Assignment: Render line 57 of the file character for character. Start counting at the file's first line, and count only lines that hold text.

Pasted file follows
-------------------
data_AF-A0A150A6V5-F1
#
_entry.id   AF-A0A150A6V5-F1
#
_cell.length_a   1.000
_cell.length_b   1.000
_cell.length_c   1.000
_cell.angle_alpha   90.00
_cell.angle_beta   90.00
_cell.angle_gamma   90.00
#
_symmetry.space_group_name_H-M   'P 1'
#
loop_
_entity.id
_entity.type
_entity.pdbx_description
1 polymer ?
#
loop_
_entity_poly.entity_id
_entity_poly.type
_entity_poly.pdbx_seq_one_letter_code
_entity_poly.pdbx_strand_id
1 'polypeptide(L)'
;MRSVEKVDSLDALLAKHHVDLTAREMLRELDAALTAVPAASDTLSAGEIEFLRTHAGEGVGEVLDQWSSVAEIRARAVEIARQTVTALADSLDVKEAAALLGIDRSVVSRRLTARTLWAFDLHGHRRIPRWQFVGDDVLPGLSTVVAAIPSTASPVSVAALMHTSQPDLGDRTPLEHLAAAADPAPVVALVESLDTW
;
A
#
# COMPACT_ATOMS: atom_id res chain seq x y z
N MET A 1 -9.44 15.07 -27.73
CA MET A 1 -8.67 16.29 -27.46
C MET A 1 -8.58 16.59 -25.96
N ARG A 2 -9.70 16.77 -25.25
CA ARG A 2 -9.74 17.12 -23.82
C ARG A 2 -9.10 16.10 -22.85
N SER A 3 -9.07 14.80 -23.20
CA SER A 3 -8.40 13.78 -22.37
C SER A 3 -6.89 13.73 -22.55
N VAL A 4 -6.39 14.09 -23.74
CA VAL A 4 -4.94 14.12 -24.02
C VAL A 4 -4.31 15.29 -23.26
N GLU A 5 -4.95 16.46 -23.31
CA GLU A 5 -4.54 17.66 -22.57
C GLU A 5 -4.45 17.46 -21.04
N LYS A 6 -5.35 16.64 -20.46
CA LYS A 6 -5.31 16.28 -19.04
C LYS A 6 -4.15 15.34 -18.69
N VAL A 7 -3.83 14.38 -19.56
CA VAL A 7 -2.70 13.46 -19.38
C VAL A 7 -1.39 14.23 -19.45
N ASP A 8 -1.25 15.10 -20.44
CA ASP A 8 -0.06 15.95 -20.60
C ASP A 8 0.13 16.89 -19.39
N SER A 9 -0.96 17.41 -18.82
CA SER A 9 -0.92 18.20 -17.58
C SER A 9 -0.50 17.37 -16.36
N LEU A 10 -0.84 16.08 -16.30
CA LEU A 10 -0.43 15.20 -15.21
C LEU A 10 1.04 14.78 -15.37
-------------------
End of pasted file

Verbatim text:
C SER A 9 -0.50 17.37 -16.36